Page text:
The pop culture icon known as Rosie the Riveter represented a call for a generation of women to declare their independence in what would’ve been a male-dominated workplace, should all the men not have been off fighting World War II. Now, as the Fourth of July holiday is approaching, let’s bring Rosie back to encourage young women of this generation to learn how to do something else typically reserved for men: ladies, it’s time to be Rosie the Griller.
On most summer holidays, I feel like it’s time for men to shine - they pick up the tongs, some big slabs of meat, and gear up the grill for some outdoor deliciousness. But if you’re sans man, what to do? Call Famous Dave’s takeout? Their grilled chicken is pretty delicious but that can get pricey.
My advice: either find a friend’s barbecue to mooch off of or learn how to grill for yourself and conquer one more mostly male realm. If you’re opting for the second suggestion, then read on for some girl-friendly grilling tips.
Be sure all implements are clean and ready to go; this includes the grilling rack. Dirty stuff on the rack can actually be growing nasty friends, so please clean this off before you expose your food to grossness.
You don’t need a ton of fancy-looking implements. Spoons work in place of a sauce brush, and you really only need one pair of tongs or a simple spatula.
If you’re using a charcoal grill, make sure you have an even layer of briquettes in the bottom of the grill. Or, just get the kind of charcoal with lighter fluid and everything included - all you have to do is just light the bag. In lieu of burning a fossil fuel, if you’re looking to add in some extra flavor in the cooking process, check out all the different varieties of wood chips you can use (and the ones you want to avoid!).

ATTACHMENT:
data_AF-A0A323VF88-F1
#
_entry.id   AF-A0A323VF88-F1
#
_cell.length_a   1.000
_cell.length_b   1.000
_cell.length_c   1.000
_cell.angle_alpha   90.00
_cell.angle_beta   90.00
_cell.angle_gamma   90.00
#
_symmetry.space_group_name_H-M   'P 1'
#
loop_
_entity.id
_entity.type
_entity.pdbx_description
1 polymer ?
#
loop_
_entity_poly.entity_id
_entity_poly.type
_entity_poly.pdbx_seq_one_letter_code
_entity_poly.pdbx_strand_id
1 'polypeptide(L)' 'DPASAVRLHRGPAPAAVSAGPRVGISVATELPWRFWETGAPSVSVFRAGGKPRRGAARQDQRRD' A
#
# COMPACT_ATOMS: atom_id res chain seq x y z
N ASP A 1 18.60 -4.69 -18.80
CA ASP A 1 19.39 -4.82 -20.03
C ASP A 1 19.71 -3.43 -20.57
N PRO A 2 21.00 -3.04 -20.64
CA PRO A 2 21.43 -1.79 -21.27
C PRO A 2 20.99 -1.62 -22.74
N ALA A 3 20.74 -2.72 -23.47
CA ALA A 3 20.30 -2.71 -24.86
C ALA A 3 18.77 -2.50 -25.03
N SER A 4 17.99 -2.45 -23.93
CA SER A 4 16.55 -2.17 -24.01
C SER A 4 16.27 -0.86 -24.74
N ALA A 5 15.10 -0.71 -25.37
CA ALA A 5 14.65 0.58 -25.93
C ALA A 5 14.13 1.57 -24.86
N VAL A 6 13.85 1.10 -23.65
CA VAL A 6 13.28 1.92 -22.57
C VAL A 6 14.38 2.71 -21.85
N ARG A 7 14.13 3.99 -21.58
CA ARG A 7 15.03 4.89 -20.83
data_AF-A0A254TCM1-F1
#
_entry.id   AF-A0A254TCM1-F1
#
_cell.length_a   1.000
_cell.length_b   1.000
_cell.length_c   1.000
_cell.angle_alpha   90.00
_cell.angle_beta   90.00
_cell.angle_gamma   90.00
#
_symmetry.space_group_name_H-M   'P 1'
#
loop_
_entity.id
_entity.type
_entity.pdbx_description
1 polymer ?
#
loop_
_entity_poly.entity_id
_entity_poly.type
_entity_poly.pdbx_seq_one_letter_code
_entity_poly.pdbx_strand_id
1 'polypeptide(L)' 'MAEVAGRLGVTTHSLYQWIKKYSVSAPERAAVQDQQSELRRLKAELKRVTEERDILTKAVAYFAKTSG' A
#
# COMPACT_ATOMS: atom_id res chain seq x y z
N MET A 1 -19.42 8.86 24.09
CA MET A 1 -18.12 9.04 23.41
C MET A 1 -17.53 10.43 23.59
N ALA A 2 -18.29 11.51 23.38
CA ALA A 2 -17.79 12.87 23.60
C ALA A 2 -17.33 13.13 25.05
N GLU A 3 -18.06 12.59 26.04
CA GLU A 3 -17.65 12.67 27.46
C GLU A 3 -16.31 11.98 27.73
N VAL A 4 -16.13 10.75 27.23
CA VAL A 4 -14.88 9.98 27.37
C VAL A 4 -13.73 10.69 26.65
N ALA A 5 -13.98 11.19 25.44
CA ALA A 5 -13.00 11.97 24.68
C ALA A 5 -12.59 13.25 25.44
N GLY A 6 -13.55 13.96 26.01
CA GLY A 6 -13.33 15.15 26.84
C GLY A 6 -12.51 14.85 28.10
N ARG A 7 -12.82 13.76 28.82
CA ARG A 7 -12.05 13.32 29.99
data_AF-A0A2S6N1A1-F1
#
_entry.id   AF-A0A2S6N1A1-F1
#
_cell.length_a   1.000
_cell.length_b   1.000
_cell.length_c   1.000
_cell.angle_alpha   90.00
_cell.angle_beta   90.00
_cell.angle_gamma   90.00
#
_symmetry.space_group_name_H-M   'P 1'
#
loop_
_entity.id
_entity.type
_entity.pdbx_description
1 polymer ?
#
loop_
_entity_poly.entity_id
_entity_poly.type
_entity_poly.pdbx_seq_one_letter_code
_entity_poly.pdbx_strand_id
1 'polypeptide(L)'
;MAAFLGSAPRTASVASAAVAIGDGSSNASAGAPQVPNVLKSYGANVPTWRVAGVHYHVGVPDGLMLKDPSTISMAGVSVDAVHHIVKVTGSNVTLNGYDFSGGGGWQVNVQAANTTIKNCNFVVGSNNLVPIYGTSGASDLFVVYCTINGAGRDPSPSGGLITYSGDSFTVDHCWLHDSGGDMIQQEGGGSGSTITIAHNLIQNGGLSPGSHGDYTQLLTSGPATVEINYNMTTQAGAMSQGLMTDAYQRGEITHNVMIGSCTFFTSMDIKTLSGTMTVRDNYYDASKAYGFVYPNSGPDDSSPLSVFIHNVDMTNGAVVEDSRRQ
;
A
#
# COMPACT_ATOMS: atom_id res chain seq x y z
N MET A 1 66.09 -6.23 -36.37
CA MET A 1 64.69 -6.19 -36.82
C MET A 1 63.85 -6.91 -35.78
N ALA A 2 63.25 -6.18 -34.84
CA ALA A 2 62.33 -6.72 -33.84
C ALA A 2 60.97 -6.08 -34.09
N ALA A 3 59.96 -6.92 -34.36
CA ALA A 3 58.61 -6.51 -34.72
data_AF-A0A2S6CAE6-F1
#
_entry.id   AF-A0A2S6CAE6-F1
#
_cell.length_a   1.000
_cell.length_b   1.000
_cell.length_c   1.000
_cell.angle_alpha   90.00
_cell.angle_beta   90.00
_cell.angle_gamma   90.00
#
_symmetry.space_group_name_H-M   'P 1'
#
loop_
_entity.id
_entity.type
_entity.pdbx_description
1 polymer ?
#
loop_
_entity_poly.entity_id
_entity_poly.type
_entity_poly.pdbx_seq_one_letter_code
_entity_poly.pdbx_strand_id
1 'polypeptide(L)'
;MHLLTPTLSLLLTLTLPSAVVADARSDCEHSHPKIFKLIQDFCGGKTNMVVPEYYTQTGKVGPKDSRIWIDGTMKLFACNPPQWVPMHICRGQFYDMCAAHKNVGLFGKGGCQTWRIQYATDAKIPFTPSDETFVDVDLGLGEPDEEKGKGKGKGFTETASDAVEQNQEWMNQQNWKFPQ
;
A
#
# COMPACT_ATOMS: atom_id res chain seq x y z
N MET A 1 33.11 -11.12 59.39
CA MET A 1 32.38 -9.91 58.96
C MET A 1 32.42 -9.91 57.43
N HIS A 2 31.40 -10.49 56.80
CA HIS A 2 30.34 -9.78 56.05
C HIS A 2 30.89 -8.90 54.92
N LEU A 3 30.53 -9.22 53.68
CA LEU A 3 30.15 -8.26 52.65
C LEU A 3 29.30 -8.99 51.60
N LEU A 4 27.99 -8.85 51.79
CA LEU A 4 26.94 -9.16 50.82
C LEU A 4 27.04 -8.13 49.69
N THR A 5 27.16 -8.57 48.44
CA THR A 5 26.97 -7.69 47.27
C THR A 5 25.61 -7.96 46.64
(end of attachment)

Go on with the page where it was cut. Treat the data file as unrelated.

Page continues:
OR if you’re not partial to the smoky flavor, just go with a gas grill and save yourself some hassle!
Don’t smother meat in sauce, particularly if it’s at all sugary, until the very end of the grilling process, since sugar will burn over intense heat.
Also, avoid salting before cooking, as this will dry out your meat really quickly.
Don’t get the meat too close to the flame, because then you’ll be looking at an unhealthily charred (not just blackened) dinner.
BBQ sauce is great, but also try other methods of meat prep, like using various types of marinades and rubs. You can hand-make them or buy them prepared; either way they make for tasty grilling.
Meat continues to cook even after it's removed from heat, so let it rest for several minutes after the allotted cooking time before you cut into it. This is especially applicable to beef. Also, cutting too soon will let all the delicious juices escape, leaving you with a slightly less succulent slice of heaven. Use a meat thermometer if you have an questions about doneness.
If you’re flipping burgers this weekend, don’t squish them with a spatula between turns, as that’s another good way to drain too much juice from the meat.
Grilling isn’t limited to meat - try wrapping husked corn and some butter in aluminum foil, popping it on the grill, and turning when you turn the meat. Delicious!
If you’re cooking kebabs on wooden skewers, soak the skewers in water for ten minutes before adding components or grilling; this will keep them from catching on fire, which is absolutely ESSENTIAL.
Now raise up your tongs, ladies, and go forth and grill. We can do it!